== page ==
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ed with fear;' that is, a reverence of God mixed with a dread. ful apprehension of an approaching judgment. And the use of the preposition ato, added to suxxotius is also singular ; auditus ex metu, heard from his fear.' Therefore is this

variously interpreted by all sorts of expositors. Some read it, he was heard because of his reverence.' And in the exposition hereof they are again divided. Some take reverence actively, for the reverence he had of God; that is, his reverential obedience. He was heard, because of his reverence, or reverential obedience unto God. Some would have the reverence intended to relate to God; the reverential respect that God had unto him. God heard him from that holy respect and regard which he had of him. But these things are fond, and suit not the design of the place ; neither the coherence of the words, nor their construction, nor their signification, nor the scope of the apostle, will bear this sense. Others render it, pro metu, ' from fear, or out of fear. And this also is two ways interpreted. 1. Because • heard from fear,' is somewhat an harsh expression, they explain auditus by liberatus, delivered from fear ; and this is not improper. So Grotius, Cum mortem vehementer perhorresceret, in hoc exauditus fuit ut ab isto metu liberaretur. In this sense fear internal and subjective is intended. God relieved him against his fear, removing it, and taking it away, by strengthening and com. forting of him. Others by fear intend the thing feared, which sense our translators follow, and are therefore plentifully reviled and railed at by the Rhemists. He was heard ; that is, deliver. ed from the things which he feared as coming upon him. And for the vindication of this sense and exposition, there is so much already offered by many learned expositors, as that I see not what can be added thereunto, and I shall not unnecessarily enlarge. And the opposition that is made hereunto, is managed rather with clamours and outcries, than Scripture reasons or testimonies. Suppose the object of the fear of Christ here, to have been what he was delivered from, and then it must be his fainting, sinking, and perishing under the wrath of God, in the work he had undertaken. Yet, 1. The same thing is expressed elsewhere unto an higher degree, and more emphatically, as where in this state he is said, λυπεισθαι και αδημονειν, and εκθαμβεισθαι, Mat. xxvi. 37. Mark. xiv. 33. Luke xxii. 42–44. “ to be sorrow. ful, perplexed, and amazed.” 2. All this argues no more, but that the Lord Christ underwent an exercise in the opposition that was made unto his faith, and the mighty conflict he had with that opposition. That his faith or trust in God, were either overthrown or weakened by them, they prove not, nor do any plead them unto that purpose. And to deny, that the soul of Christ was engaged in an ineffable conflict with the wrath of Cod, in the curse of the law, that his faith and trust in God were pressed and tried to the utmost, by the opposition made unto them, by fear, dread, and a terrible apprehension of divine displeasure due to our sins, is to renounce the benefit of his passion, and turn the whole of it into a shew, fit to be represented by pictures and images, or acted over in ludicrous scenes, as it is by the Papists.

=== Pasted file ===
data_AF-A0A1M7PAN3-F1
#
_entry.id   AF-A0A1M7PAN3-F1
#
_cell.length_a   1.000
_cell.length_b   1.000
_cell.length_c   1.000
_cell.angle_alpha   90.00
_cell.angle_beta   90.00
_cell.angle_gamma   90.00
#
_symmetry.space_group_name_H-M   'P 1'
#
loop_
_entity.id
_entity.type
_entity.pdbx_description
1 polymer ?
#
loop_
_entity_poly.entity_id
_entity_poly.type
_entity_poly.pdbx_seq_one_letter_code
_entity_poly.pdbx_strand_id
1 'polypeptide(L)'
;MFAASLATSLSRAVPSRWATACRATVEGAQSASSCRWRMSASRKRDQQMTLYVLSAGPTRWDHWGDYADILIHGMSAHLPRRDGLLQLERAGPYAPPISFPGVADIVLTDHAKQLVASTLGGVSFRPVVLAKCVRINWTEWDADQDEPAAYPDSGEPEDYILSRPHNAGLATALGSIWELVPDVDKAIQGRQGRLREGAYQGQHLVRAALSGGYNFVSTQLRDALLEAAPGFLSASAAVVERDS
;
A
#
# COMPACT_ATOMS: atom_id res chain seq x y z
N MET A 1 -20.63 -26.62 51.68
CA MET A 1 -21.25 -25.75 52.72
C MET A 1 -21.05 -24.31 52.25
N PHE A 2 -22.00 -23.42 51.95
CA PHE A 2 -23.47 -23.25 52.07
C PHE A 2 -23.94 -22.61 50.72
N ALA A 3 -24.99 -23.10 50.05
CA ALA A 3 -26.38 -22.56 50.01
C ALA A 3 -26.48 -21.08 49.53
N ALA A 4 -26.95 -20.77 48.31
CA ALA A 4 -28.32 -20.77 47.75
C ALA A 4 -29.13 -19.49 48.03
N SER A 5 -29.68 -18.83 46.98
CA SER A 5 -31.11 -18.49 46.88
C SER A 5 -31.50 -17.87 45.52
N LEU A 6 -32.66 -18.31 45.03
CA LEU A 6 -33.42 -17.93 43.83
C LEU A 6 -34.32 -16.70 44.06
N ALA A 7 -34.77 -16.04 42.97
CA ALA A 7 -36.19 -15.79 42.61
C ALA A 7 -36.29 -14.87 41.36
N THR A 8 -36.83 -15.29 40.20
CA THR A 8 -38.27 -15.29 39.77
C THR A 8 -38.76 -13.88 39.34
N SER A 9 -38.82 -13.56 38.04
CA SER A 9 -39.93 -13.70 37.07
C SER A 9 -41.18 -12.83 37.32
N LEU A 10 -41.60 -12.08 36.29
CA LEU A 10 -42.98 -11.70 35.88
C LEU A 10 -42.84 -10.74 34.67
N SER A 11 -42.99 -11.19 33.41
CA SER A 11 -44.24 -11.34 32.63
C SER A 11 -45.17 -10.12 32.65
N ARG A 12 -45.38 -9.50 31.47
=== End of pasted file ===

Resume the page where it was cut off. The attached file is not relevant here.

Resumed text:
It remains that we consider the observations which these words afford us for our instruction, wherein also their sense and importance will be farther explained. And the first thing that offers itself unto us is, that,

Obs. I. The Lord Jesus Christ himself had a time of infirmity in this world. A season he had wherein he was beset and encompassed with infirmities. So it was with him in the days of his flesh. It is true, his infirmities were all siniess, but all troublesome and grievous. By them was he exposed unto all sorts of temptations and sufferings, which are the two springs of all that is evil and dolorous unto our nature. And thus it was with him, not for a few days, or a short season only, but during his whole course in this world. This the story of the gospel gives us an account of, and the instance of his offering up prayers with strong cries and tears, puts out of all question. These things were real, and not acted to make an appearance or representation of them. And hereof himself expresseth his sense, Psal. xxii. 6, 7.“ I am a worm and no man; a reproach of men, and despis. ed of the people : all that see me laugh me to scorn,” ver. 14, 15. How can the infirmities of our nature, and a sense of them, be more emphatically expressed. So Psal. Ixix. 20. « Reproach hath broken my heart, and I am full of heaviness ; I looked for some to take pity, but there was none; and for comforters, but I found none." And Psal. xl. 12. « Innumerable evils have compassed me about." He had not only our infirmities, but he felt them, and was deeply sensible, both of them, and of the evils and troubles which through them he was exposed unto. Hence is that description of him, Isa. liii. 3.